I Will Teach You To Be Rich

I Will Teach You To Be Rich

by Ramit Sethi

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Product Details

ISBN-13: 9780761156314
Publisher: Workman Publishing Company, Inc.
Publication date: 03/23/2009
Sold by: Barnes & Noble
Format: NOOK Book
Pages: 266
Sales rank: 79,202
File size: 6 MB

About the Author

Ramit Sethi is the founder of and voice behind iwillteachyoutoberich.com, which has more than 500,000 monthly readers. He speaks regularly to young staff members at companies, including Deloitte, KPMG, and Intel, on the topic of personal finance. He also cofounded PBwiki, a company that provides online tools and services. Ramit Sethi is a graduate of Stanford and lives in New York City.

Table of Contents

Introduction: Would You Rather Be Sexy or Rich?

Why do people get fat after college? The eerily similar guilt about spending and not working out. • Counterintuitive but true: We need less personal-finance information • Common excuses for not managing money • Stop debating minutiae and get something done • The key messages of I Will Teach You to Be Rich • “Rich” isn’t just about money: What does it mean to you?

Chapter 1: Optimize Your Credit Cards: How to beat the credit card companies at their own game

Why Indian people love negotiating • How credit can help you be rich • Picking the best credit card for airline miles, cash back, and rewards • Getting a card when you have no income • The six commandments of credit cards • How to negotiate with your credit card company to get fees waived and receive lower rates • Why you should always buy electronics, travel, and furniture on your credit card • What not to do with your cards • The burden of student loans • When credit cards go bad • Five steps to ridding yourself of debt • Week One: Action Steps

Chapter 2: Beat the Banks: Open high-interest, low-hassle accounts and negotiate fees like an Indian

Why old people are afraid of online banks—even though they offer the best new accounts you can get • How banks rake it in • Why you really need a separate savings account • Opening high-interest, no-fee accounts • Five marketing tactics banks use to trick you • My personal favorite accounts • Negotiate out of fees with your current bank (use my script) • Week Two: Action Steps

Chapter 3: Get Ready to Invest: Open your 401(k) and Roth IRA—even with just $50

Why your friends probably haven’t invested a cent yet • Investing is the single best way to get rich • The ladder of personal finance •  Everything you need to know about your 401(k) •  The importance of crushing your debt •  Why everyone should have a Roth IRA • Week Three: Action Steps
Chapter 4: Conscious Spending: How to save hundreds per month (and still buy what your love)

Spend less—without making a detailed, irritating budget • The difference between cheap and frugal • Conscious spending: how my friend spends $21,000 per year going out—guilt-free • Using psychology against yourself to save • The four buckets: fixed costs, savings, investments, and guilt-free spending money • The envelope system for not overspending • How to make more money • Handling unexpected expenses • Week Four: Action Steps

Chapter 5: Save While Sleeping: Making your accounts work together—automatically

The power of defaults: Give yourself fewer choices • How to spend only three hours a month managing your money • Where does your next $100 go? • Setting up a bill-pay and transfer system that works for you • Consultants and freelancers: What about irregular income? • Week Five: Action Steps

Chapter 6: The Myth of Financial Expertise: Why professional wine tasters and stock pickers are clueless—and how you can beat them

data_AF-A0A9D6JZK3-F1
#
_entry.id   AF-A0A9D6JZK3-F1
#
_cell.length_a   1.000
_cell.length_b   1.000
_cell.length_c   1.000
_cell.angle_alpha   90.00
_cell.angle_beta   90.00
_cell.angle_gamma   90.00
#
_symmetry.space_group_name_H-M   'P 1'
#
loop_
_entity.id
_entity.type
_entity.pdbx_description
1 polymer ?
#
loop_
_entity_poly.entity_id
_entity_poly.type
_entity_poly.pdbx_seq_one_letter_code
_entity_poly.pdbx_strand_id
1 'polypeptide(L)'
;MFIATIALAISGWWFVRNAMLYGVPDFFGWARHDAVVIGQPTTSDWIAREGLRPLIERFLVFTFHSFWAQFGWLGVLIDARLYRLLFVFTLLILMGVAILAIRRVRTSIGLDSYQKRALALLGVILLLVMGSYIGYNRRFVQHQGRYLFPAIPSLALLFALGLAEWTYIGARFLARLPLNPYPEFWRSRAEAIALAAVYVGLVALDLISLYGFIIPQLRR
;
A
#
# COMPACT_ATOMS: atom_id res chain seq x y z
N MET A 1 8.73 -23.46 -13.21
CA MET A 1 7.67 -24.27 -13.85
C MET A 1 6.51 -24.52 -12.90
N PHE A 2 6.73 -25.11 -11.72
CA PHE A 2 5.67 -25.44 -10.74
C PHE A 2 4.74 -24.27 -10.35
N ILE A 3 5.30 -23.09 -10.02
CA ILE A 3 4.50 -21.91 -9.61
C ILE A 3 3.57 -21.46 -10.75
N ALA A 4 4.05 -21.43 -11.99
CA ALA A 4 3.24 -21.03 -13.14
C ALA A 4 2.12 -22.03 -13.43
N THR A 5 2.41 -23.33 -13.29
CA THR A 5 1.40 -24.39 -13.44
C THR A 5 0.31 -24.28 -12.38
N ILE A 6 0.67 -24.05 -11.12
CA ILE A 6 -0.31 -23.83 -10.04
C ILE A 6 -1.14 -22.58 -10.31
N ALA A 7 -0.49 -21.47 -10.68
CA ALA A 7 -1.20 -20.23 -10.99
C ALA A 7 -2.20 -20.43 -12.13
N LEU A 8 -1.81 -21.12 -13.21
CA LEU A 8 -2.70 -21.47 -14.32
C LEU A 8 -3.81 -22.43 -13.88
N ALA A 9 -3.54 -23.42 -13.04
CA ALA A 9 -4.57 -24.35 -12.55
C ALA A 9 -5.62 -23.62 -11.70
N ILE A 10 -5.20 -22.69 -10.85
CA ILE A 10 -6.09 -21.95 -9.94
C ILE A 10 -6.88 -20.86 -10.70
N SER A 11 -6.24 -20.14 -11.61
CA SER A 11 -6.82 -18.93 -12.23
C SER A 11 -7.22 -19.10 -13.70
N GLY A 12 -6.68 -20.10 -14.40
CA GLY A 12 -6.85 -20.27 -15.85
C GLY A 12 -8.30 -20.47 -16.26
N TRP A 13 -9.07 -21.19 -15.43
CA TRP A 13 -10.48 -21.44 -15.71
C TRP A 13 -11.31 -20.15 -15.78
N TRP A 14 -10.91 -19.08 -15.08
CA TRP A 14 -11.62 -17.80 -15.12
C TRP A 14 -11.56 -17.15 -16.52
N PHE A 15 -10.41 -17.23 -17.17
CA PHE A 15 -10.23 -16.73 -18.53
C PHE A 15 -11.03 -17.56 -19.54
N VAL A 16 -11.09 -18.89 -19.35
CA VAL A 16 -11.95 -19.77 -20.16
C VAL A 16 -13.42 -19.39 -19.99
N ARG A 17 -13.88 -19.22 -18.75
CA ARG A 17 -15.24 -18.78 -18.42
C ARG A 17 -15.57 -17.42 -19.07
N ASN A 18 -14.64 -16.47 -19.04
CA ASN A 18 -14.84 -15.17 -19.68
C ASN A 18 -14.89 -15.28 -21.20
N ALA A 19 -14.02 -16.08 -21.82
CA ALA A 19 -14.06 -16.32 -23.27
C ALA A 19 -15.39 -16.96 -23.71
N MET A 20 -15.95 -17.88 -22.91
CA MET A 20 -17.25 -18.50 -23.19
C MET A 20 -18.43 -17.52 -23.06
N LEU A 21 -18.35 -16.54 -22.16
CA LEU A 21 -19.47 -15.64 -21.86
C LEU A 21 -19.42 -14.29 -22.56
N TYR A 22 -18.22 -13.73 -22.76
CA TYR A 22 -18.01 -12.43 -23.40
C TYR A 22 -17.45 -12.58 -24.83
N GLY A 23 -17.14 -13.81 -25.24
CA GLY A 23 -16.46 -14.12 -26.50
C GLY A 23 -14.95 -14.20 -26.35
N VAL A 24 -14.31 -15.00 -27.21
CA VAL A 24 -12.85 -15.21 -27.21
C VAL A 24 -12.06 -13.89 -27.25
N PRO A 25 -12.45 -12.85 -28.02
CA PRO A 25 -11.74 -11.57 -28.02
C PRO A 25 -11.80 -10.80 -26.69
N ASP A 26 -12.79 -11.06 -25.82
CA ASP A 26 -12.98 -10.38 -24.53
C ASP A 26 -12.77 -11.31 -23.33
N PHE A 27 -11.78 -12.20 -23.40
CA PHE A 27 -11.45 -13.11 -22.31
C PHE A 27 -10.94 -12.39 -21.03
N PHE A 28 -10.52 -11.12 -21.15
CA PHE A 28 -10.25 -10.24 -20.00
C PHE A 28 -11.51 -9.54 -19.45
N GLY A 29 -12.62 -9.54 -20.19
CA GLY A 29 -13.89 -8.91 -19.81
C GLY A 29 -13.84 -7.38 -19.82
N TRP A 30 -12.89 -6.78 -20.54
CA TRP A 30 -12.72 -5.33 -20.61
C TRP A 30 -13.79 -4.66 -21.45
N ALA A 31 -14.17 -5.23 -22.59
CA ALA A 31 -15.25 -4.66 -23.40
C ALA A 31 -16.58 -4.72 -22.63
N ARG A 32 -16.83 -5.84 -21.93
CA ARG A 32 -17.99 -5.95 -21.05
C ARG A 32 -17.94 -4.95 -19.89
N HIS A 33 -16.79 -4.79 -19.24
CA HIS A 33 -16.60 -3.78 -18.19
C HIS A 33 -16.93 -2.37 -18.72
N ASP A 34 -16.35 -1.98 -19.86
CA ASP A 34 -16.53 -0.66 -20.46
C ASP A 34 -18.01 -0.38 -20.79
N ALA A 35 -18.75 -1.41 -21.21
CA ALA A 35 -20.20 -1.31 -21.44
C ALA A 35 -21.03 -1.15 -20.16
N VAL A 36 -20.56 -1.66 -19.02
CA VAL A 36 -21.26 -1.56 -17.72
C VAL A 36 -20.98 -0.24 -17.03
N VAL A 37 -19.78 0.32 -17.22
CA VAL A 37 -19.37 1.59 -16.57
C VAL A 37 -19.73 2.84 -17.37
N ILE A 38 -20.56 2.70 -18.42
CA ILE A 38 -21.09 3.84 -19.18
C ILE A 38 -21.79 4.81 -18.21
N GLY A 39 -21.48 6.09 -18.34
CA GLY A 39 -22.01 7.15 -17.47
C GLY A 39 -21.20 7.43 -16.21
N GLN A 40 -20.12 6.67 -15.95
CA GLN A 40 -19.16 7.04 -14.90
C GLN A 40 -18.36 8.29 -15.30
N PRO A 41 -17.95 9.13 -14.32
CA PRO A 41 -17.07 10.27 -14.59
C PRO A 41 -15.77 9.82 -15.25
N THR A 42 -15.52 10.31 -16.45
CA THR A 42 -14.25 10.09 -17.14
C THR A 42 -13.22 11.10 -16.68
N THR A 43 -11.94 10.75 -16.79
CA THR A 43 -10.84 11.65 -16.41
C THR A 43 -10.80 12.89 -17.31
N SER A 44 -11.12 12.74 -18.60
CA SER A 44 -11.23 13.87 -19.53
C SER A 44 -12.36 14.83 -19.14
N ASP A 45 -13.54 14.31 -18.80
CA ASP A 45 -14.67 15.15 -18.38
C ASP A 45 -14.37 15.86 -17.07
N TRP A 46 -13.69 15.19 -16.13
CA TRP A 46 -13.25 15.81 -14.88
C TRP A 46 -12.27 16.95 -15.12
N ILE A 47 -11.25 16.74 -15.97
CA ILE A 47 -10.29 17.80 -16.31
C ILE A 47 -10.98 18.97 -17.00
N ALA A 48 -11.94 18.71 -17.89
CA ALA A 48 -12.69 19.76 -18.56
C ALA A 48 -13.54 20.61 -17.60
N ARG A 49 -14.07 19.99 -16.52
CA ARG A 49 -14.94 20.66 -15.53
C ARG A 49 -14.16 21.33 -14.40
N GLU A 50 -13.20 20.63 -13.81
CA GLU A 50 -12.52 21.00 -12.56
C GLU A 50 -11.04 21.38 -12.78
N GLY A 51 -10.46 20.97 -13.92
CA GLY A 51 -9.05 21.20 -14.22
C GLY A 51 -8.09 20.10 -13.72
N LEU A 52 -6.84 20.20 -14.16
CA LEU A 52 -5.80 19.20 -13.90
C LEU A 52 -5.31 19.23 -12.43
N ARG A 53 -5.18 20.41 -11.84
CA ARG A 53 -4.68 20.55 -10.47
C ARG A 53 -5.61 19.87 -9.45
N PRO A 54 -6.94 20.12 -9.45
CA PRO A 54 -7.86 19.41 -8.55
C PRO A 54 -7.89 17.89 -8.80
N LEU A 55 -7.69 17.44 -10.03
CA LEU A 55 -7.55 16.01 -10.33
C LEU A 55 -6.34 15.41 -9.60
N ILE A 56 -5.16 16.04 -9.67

We’ve been tricked by “expertise”—why financial “experts” can’t even match the market • You can’t time the market • How experts hide their poor performance • You don’t need a financial advisor • Pundits worth reading • Most mutual fund managers fail to beat the market • Why I love index funds

Chapter 7: Investing Isn’t Only for Rich People: Spend the afternoon picking a simple portfolio that will make you rich

What’s your investor profile? • The beauty of automatic investing • Asset allocation: more important than the “best stock of the year!” • Convenience or control?  You choose  • The many flavors of stocks and bonds • Creating your own portfolio: How to handpick your investments • Investing the easy way: lifecycle funds • Feeding your 401(k) and Roth IRA • The Swenson model of asset allocation • Week Six: Action Steps

Chapter 8: Easy Maintenance: You’ve done the hard work: Here’s how to maintain (and optimize) your financial infrastructure

Feed your system—the more you put in, the more you’ll get out • Ignore the noise • The tricky part of managing your own portfolio: rebalancing your investments • Don’t let fear of taxes guide your investment decisions • When to sell • For high achievers: a ten-year plan • Giving back—an important part of being rich

Chapter 9: A Rich Life: The finances of relationships, weddings, buying a car, and your first house

Student loans—pay them down or invest? • Don’t let your parents manage your money • Role reversal: How to help when it’s your parents who are in debt • The big conversation: talking about money with your significant other • Why we’re all hypocrites about our weddings (and how to pay for yours) • Negotiating your salary, I Will Teach You to Be Rich style • The smart person’s guide to buying a car • The biggest big-ticket item of them all: a house • The benefits of renting • Is real estate really a good investment? • Planning for future purchases • Parting words (cue the violins)


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I Will Teach You to Be Rich 4 out of 5 based on 0 ratings. 75 reviews.
kegger999 More than 1 year ago
Ramit Sethi makes personal finance entertaining. Sethi is about my age and has the same sense of humor so I liked his style a lot - I actually laughed a couple of times while reading. The advice and action steps are not groundbreaking for those familiar with David Bach and others of the same type, but there are a few really good pieces that are unique to Sethi. If I had to pick two finance book to give to a friend this would be one along with The Richest Man in Babylon - both practical and Sethi has some comic relief. Don't buy the e-book though. The graphs and charts were so small on my nook that I could barely read them and there are many insets that interrupt the main text - sometimes in midsentence - so you are endlessly flipping pages back and forth and interrupting your train of thought. This formatting error for the ebook was very frustrating to me. Buy the paperback or hardback and be happy.